The structure of purified kinetochores reveals multiple microtubule attachment sites

1] Howard Hughes Medical Institute, Department of Biochemistry, University of Washington, Seattle, Washington, USA. [2] Division of Basic Sciences, Fred Hutchinson Cancer Research Center, Seattle, Washington, USA. [3].
Nature Structural & Molecular Biology (Impact Factor: 13.31). 08/2012; 19(9):925-9. DOI: 10.1038/nsmb.2358
Source: PubMed


Chromosomes must be accurately partitioned to daughter cells to prevent aneuploidy, a hallmark of many tumors and birth defects. Kinetochores are the macromolecular machines that segregate chromosomes by maintaining load-bearing attachments to the dynamic tips of microtubules. Here, we present the structure of isolated budding-yeast kinetochore particles, as visualized by EM and electron tomography of negatively stained preparations. The kinetochore appears as an ~126-nm particle containing a large central hub surrounded by multiple outer globular domains. In the presence of microtubules, some particles also have a ring that encircles the microtubule. Our data, showing that kinetochores bind to microtubules via multivalent attachments, lay the foundation to uncover the key mechanical and regulatory mechanisms by which kinetochores control chromosome segregation and cell division.

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Available from: Bungo Akiyoshi, Oct 05, 2015
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    • "In the budding yeast Saccharomyces cerevisiae, a single MT is captured by the kinetochore; the organization and composition of this site has been determined through high-resolution light and electron microscopy (Joglekar et al., 2009; Gonen et al., 2012). In vertebrate cells, the number of kinetochore-bound MTs (KMTs) increases during prometaphase, and by metaphase, the kinetochore MT fiber (K fiber) contains 20–30 MTs (McDonald et al., 1992; McEwen et al., 1997). "
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    ABSTRACT: Accurate chromosome segregation relies on dynamic interactions between microtubules (MTs) and the NDC80 complex, a major kinetochore MT-binding component. Phosphorylation at multiple residues of its Hec1 subunit may tune kinetochore-MT binding affinity for diverse mitotic functions, but molecular details of such phosphoregulation remain elusive. Using quantitative analyses of mitotic progression in mammalian cells, we show that Hec1 phosphorylation provides graded control of kinetochore-MT affinity. In contrast, modeling the kinetochore interface with repetitive MT binding sites predicts a switchlike response. To reconcile these findings, we hypothesize that interactions between NDC80 complexes and MTs are not constrained, i.e., the NDC80 complexes can alternate their binding between adjacent kinetochore MTs. Experiments using cells with phosphomimetic Hec1 mutants corroborate predictions of such a model but not of the repetitive sites model. We propose that accurate regulation of kinetochore-MT affinity is driven by incremental phosphorylation of an NDC80 molecular "lawn," in which the NDC80-MT bonds reorganize dynamically in response to the number and stability of MT attachments.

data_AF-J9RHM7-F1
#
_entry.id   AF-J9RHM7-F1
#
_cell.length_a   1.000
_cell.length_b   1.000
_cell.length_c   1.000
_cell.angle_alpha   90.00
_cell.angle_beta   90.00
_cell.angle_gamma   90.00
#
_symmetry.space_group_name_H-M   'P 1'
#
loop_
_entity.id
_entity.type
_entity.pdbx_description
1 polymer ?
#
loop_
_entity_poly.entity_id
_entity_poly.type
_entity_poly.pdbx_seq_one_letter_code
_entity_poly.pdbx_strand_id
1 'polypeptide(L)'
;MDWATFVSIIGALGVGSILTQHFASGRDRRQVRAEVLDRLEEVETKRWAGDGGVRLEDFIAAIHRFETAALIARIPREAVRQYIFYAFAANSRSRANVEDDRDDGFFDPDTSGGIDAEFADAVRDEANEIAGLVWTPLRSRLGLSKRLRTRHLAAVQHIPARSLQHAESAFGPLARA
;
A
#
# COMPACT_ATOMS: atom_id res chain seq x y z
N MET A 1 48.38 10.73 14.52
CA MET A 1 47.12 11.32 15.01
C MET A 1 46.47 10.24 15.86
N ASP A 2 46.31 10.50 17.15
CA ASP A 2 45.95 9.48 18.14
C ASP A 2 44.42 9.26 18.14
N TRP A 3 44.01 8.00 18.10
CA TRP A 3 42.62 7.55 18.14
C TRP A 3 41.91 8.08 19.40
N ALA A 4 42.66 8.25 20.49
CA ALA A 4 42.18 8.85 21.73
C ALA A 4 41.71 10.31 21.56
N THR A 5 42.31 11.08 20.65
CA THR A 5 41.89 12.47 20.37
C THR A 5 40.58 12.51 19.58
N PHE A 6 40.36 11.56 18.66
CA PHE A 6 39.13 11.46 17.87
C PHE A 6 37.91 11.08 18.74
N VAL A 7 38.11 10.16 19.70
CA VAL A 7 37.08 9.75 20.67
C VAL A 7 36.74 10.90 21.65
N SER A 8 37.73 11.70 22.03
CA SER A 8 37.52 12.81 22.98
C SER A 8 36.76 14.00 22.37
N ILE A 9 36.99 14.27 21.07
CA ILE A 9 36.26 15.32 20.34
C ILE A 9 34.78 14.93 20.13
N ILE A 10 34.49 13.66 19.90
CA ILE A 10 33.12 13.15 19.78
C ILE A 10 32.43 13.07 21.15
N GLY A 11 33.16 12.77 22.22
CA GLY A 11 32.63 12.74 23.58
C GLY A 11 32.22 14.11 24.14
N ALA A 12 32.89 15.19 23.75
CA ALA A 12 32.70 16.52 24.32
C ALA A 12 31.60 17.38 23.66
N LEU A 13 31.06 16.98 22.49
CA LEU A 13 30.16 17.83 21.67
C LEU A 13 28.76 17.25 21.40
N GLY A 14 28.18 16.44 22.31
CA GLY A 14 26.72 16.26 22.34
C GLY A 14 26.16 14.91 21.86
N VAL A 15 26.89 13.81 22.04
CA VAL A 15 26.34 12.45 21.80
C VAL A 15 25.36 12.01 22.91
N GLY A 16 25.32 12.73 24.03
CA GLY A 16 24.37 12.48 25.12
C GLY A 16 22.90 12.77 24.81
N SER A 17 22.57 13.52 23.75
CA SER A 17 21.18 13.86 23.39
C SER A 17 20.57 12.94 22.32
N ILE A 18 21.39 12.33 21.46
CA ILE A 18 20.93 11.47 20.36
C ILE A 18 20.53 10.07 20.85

The Journal of Cell Biology 06/2014; 206(1). DOI:10.1083/jcb.201312107 · 9.83 Impact Factor
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    • "The period leading up to blastulation is a period of intense cellular metabolic activity, gene activation, rapidly increasing cell division and differentiation. Cell division and the mitotic process is a series of complex structural rearrangements involving the kinetochore attachments to the microtubules (Gonen et al., 2012), cohesion molecules for the crucially precise separation of the chromosome to ensure correct alignment on the spindle (Clift and Marston, 2011), the spindle assembly complex and many highly specialized proteins subject to precise gene expression (Vogt et al., 2008). Although the cause of a temporal delay in aneuploid embryos compared with their euploid counterparts is not yet fully explained, there exist error detection and repair systems within the cell to prevent aneuploidy (Nasmyth and Haering, 2009). "